If you are a smoker, or know someone who is, you will have heard many reasons why you should consider quitting. But have you ever considered the fire risk associated with smoking? And what are you doing to reduce that risk?
Smoking is one of the biggest causes of death and illness in the UK. Accidental fires started by cigarettes and other smoking materials still kill more people than any other type of fire.
In Herefordshire and Worcestershire, between 1 Jan 2012 and 31 Dec 2021, 256 accidental fires were caused by smoking materials.
The most common cause was careless handling when disposing of them, involving 161 incidents, as well as another 31 incidents that took place when asleep or unconscious. Hereford & Worcester Fire and Rescue Service is therefore reminding smokers to always be vigilant when smoking or disposing of smoking materials.
Without a doubt, quitting is the best way to remove the fire risk. There is plenty of help available to you should you want to make an attempt at putting down your cigarettes and lighters for good. The NHS has many stop smoking services, which are free, friendly and can massively boost your chances. More information can be found here: https://www.nhs.uk/live-well/quit-smoking/nhs-stop-smoking-services-help-you-quit/
If you are not interested in giving up, or while you are giving up, you should bear in mind the fire risk associated with smoking and take note of the simple steps you can take to reduce the chances of your smoking materials leading to a fire - fires caused by smoking products kills more people than fires caused by any other item.
Not smoking while tired, using a proper and secure ashtray and stubbing them out properly can greatly reduce the risk of an accidental fire breaking out.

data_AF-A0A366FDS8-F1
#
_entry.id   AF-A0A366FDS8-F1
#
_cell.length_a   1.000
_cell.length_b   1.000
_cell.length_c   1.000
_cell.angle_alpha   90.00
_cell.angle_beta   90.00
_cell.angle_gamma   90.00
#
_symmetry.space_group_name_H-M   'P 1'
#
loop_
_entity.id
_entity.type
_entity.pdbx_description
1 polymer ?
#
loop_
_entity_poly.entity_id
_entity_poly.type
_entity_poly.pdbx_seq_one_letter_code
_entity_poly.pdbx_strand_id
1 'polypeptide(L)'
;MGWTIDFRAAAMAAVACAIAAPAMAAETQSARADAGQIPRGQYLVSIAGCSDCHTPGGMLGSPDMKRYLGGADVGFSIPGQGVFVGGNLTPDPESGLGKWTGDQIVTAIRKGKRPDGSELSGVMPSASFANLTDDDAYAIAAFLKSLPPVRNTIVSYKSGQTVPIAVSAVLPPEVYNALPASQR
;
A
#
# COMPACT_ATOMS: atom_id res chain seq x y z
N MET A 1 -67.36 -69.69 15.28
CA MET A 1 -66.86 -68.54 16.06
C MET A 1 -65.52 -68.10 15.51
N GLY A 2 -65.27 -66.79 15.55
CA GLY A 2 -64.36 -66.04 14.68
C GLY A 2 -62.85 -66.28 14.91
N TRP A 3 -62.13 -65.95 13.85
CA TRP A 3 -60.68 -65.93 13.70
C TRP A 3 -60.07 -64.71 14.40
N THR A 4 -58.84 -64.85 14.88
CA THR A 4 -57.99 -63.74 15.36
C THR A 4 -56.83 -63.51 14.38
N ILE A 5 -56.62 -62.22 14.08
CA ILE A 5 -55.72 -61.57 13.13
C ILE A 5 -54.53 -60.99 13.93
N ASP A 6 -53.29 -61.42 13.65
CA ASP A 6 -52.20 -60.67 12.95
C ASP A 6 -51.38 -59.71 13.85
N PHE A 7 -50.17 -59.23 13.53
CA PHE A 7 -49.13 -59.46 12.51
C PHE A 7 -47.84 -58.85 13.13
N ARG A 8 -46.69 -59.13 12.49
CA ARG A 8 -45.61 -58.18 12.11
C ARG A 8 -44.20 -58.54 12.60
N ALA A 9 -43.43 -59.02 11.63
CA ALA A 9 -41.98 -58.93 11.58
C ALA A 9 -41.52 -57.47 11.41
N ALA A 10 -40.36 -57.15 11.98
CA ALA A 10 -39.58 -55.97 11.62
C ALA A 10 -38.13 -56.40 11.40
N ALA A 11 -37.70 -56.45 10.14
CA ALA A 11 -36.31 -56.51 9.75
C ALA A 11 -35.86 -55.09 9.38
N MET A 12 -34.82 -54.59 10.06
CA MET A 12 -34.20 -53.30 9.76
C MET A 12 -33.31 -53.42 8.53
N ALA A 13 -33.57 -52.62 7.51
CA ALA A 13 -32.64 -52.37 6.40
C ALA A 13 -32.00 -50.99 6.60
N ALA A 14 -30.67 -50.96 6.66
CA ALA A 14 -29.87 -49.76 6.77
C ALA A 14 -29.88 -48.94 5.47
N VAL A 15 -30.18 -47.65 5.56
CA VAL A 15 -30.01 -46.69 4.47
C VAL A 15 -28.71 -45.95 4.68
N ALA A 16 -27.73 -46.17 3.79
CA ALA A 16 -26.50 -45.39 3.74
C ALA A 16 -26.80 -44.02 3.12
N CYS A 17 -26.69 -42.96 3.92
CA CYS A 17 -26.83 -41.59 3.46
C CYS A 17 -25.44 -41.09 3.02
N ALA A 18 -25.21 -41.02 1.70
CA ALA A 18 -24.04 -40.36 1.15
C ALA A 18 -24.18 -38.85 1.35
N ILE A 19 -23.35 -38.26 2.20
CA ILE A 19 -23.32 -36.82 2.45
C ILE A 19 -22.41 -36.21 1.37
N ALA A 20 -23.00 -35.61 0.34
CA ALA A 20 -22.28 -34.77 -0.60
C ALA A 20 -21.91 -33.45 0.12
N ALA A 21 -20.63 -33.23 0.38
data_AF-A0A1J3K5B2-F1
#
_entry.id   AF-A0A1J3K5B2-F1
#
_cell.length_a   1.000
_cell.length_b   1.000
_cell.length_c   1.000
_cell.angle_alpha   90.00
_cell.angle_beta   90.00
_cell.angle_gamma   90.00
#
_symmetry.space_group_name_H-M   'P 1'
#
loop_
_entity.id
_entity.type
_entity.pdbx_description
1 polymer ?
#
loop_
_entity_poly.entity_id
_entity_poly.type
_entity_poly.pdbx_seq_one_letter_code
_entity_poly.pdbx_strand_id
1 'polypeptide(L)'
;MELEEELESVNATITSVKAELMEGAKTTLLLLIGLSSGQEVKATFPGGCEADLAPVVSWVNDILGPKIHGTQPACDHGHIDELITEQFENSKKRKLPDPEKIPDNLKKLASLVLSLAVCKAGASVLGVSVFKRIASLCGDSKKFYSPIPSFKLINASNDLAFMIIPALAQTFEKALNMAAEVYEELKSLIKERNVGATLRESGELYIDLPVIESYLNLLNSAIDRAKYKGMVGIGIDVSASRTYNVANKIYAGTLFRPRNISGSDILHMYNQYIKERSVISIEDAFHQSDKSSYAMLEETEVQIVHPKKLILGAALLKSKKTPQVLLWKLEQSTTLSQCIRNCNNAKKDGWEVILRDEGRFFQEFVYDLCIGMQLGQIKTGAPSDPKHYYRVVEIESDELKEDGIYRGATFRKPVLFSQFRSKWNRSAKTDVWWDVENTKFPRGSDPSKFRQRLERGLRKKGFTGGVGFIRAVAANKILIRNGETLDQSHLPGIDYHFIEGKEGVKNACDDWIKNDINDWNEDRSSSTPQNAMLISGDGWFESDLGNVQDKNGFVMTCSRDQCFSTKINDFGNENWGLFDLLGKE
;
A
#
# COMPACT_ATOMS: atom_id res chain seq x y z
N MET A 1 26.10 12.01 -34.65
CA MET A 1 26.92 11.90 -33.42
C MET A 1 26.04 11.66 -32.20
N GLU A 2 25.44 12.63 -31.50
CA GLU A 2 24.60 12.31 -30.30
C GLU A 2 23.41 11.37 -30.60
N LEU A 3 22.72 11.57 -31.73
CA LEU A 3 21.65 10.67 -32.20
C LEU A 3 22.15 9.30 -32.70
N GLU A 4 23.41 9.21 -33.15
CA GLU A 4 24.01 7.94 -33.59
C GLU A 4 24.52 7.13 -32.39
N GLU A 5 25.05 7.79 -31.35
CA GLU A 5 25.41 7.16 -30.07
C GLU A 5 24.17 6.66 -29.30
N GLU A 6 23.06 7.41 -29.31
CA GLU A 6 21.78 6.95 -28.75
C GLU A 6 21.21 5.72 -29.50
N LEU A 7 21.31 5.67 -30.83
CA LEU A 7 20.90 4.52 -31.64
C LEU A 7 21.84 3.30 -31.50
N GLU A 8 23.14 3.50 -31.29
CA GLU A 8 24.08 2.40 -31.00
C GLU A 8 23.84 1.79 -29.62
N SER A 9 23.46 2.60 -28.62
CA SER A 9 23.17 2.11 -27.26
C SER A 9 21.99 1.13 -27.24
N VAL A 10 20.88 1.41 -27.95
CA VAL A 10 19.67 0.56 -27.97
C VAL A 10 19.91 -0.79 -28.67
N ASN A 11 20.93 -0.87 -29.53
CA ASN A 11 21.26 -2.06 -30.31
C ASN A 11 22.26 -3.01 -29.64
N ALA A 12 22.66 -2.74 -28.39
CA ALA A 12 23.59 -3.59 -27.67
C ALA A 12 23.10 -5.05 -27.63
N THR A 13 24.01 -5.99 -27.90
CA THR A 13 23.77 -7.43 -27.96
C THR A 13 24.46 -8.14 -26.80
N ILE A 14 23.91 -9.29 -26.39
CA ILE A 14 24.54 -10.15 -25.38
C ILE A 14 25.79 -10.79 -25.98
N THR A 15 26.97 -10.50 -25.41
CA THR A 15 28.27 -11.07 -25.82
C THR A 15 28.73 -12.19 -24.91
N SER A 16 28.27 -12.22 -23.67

To help you keep safe, Hereford & Worcester Fire and Rescue Service is therefore reminding smokers to 'Put it Out, Right Out' whenever they light up; to install smoke alarms on every level of the home; and, to test them regularly. Without a working smoke alarm, you are at least eight times more likely to die in an accidental fire in the home.
These simple steps can help prevent a cigarette fire in the home:
- Never smoke in bed. Take care when you’re tired – it’s very easy to fall asleep while your cigarette is still burning and set furniture alight
- Never smoke when under the influence of drugs or alcohol. If your lit cigarette starts a fire you could be less able to escape.
- Put it out, right out! Make sure your cigarette is fully extinguished
- Never leave lit cigarettes, or other smoking materials unattended – they can easily overbalance as they burn down.
- Use a proper, heavy ashtray that can’t tip over easily and is made of a material that won’t burn.
- It's safer to smoke outside, but make sure cigarettes are put right out and disposed of properly.
- Never smoke if you use healthcare equipment like medical oxygen or an air flow pressure relief mattress. If you use paraffin-based emollient creams, ask for non-flammable alternatives instead. If you or someone else you care for continues to smoke, then consider additional safety measures such as fire retardant bedding or nightwear.
- A lot of people make the switch from smoking to vaping, but even vaping has fire safety risks - the risks around vaping tend to come from counterfeit or faulty products, and poor charging practices
- Make an attempt to quit using NHS support if you need it. If you do not want to quit, consider vaping.
- Fit a smoke alarm and test it at least monthly. A working smoke alarm can buy you valuable time to get out, stay out and call 999.
Emma Roberts, Head of Prevention at HWFRS, said:
"Fires ignited by cigarettes or smoking materials result in more fatalities than any other fire. Despite a fall in the overall number of fires caused by these products, it's still the biggest cause of accidental fires in the home across the country.
"Every smoker should be aware of the risks they take every time they light up - and drop the habit of smoking indoors, especially in bed, or under the influence of alcohol. The risk of falling asleep before you 'put it out, right out' is just too great.
"Make sure you have working smoke alarms on every level of your home and test them at least monthly. Working smoke alarms can give you the extra time you need to escape if the worst should happen."